I was reading an article in the NYT today whose headline struck me as being remarkably retro and modern at the same time: “Many Women at Elite Colleges Set Career Path to Motherhood.” My first thought was of the movie, Mona Lisa Smile, where one of the characters gives up being a lawyer to stay at home instead. Indeed, the article goes on to talk about several high-achieving young women at Ivy League schools who plan on giving up their career when they start having children.
I’m conflicted over the concept — while I think it’s good that they intend to have the affluence necessary to be stay-at-home moms, I’m depressed by the idea that they won’t be out working and contributing to society in a meaningful way. I don’t intend for that statement to be demeaning towards those who stay at home, but I have known several girls throughout my life who were extremely gifted in academics, and were just very smart all-around, who simply gave up what could have been to stay at home and raise the kids. People who might have been doctors or researchers, simply opting to stay home instead. And I wonder to myself what the world at large has lost by their being stay-at-home moms. I will say that their children are very fortunate, however, to have such women as parents. I’ve no doubt that they will be raised well by a loving family.
There was a survey conducted, and the results were not unexpected:
The interviews found that 85 of the students, or roughly 60 percent, said that when they had children, they planned to cut back on work or stop working entirely. About half of those women said they planned to work part time, and about half wanted to stop work for at least a few years.
Two of the women interviewed said they expected their husbands to stay home with the children while they pursued their careers. Two others said either they or their husbands would stay home, depending on whose career was furthest along.
In general, those just starting out in college (their first or second years) tend to be fairly clueless about 1) what they want and 2) how life really ends up going. For instance, I was a hotshot student in high school who liked to overpower people with my intellectual first gear and beat them down in debates and such, but I absolutely floundered when it came to college. I started out as a computer science major and ended up in medicine instead. I don’t regret the change, but the person I am today is completely different than the person I was four years ago. I suspect these women will discover the same thing.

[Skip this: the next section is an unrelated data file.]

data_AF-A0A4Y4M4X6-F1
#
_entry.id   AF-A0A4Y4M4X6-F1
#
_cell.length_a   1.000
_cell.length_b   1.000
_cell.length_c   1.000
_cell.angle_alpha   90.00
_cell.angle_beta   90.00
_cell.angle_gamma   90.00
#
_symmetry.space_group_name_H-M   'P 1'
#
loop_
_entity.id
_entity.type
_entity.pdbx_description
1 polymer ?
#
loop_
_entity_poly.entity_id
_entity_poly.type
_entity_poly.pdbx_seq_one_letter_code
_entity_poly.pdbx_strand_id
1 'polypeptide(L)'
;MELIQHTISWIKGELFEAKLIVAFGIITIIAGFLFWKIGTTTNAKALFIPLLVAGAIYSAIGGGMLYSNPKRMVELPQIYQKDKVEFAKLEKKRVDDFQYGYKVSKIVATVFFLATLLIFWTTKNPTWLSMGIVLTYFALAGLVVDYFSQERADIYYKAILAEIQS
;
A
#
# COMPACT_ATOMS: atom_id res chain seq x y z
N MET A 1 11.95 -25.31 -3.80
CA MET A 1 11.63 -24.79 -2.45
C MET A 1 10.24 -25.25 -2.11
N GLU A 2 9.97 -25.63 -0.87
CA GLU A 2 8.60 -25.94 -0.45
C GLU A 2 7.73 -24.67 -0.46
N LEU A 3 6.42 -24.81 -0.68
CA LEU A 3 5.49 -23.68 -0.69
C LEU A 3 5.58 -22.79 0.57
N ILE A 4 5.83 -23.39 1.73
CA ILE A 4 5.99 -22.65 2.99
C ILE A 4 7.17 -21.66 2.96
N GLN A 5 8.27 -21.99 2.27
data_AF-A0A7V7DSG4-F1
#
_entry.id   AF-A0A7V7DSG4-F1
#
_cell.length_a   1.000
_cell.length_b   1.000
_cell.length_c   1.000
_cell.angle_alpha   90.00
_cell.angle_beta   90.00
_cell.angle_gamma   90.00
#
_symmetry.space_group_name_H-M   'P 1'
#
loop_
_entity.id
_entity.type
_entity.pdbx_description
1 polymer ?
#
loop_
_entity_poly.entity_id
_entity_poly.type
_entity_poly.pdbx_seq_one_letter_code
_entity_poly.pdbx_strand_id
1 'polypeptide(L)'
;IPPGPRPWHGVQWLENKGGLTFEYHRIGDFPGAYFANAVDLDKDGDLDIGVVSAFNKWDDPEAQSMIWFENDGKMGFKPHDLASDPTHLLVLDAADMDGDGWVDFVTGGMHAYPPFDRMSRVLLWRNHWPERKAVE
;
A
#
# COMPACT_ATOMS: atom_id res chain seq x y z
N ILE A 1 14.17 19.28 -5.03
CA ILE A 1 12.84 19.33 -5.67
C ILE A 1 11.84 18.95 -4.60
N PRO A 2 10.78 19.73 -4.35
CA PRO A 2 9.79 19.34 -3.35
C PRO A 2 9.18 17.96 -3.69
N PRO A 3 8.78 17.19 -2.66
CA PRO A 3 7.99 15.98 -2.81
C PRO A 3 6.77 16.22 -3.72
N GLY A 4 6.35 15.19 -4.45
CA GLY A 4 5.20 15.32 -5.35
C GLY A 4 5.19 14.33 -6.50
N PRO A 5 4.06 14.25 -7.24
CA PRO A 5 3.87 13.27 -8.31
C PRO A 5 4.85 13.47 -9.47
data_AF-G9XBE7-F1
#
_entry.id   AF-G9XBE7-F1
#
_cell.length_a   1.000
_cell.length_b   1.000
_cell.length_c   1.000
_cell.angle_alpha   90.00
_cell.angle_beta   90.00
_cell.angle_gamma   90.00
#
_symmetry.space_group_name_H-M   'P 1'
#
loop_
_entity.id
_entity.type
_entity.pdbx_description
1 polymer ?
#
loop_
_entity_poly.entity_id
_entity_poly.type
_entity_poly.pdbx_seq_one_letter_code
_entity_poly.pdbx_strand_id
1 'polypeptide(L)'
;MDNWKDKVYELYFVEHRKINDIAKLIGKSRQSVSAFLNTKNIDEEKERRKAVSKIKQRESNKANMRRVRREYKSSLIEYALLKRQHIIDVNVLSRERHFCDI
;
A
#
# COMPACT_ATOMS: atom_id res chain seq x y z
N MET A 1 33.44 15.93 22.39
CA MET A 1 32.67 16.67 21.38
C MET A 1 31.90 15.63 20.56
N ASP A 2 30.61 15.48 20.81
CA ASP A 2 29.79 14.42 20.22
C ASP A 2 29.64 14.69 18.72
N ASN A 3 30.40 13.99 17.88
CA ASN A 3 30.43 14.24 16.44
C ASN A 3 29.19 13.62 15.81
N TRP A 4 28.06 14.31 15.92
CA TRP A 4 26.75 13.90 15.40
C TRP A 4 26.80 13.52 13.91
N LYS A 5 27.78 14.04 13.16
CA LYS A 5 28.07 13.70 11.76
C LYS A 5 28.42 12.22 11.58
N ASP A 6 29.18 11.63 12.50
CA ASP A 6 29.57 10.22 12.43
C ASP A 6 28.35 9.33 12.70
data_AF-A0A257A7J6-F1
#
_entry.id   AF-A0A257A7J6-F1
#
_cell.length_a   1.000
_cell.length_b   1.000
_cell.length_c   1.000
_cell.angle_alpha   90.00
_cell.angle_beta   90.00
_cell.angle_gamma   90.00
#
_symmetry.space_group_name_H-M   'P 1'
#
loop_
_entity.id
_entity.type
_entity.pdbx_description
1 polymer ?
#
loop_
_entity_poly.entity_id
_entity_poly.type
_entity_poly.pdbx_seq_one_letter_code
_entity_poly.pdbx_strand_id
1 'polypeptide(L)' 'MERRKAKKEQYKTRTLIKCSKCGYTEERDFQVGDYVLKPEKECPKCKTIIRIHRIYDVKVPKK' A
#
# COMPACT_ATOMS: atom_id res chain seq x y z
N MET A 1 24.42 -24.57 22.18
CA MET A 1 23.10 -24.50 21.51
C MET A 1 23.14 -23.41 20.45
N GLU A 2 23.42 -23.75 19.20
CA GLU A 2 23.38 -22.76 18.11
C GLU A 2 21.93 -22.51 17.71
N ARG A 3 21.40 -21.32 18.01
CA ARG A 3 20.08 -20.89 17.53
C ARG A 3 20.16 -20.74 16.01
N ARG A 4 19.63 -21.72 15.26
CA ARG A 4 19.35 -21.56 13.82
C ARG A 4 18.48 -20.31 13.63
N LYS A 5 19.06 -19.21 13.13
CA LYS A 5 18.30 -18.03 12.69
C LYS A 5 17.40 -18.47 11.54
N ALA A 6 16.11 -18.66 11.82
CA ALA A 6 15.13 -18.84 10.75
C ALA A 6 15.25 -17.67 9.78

Those respondents in the second paragraph, I think, didn’t take into account their husband’s drive. Most men are very aggressive when it comes to being the primary breadwinner, and when it comes to sacrificing their career because their wife is further along… well this can create more than a little bit of tension. Expecting their future husbands to give up their careers simply because their wife had children and/or is further along in her career is very naive.
I found the first part of this quote to sum up my feelings about most (American) students quite well, both men and women.
“What does concern me,” said Peter Salovey, the dean of Yale College, “is that so few students seem to be able to think outside the box; so few students seem to be able to imagine a life for themselves that isn’t constructed along traditional gender roles.”
Though I would, perhaps, have said “contained within the bounds of existing commercial infrastructure or constructed along traditional gender roles.” I find the lack of entrepreneurial spirit and “grab the bull by the balls” attitude in modern American students frustrating and sad. I don’t know if it’s always been this way, but finding kindred spirits when it comes to ambition is difficult: most would rather take the easy way out. (Which certainly has its own appeal.)
In any case, lamenting “traditional” gender roles seems somewhat unfounded to me. Men and women are quite different physically, and as a result, emotionally: our muscle structure is different, and more importantly, our hormonal makeup is different. Testosterone lends itself to aggression and violence. Without delving into pecking order, in a modern first-world society like America, violence isn’t done on the battlefield, it’s done in the boardroom. Dominance is established by success. Men, it stands to reason, will be more aggressive than women due to their hormonal makeup, and as a result, these “traditional” gender roles form. Are these roles “bad”? I would venture to say that they aren’t, so long as one — male or female — has the personal freedom to choose what kind of life they want to live, and the opportunities available to them are fair and balanced compared to their counterparts of the opposite sex.
On the other hand, I do think it’s acceptable to lament for what society potentially loses every time a gifted person chooses to stay at home fulltime to raise their children. The upside of this, of course, is that their children will likely be better equipped, to make their own contributions when the time comes.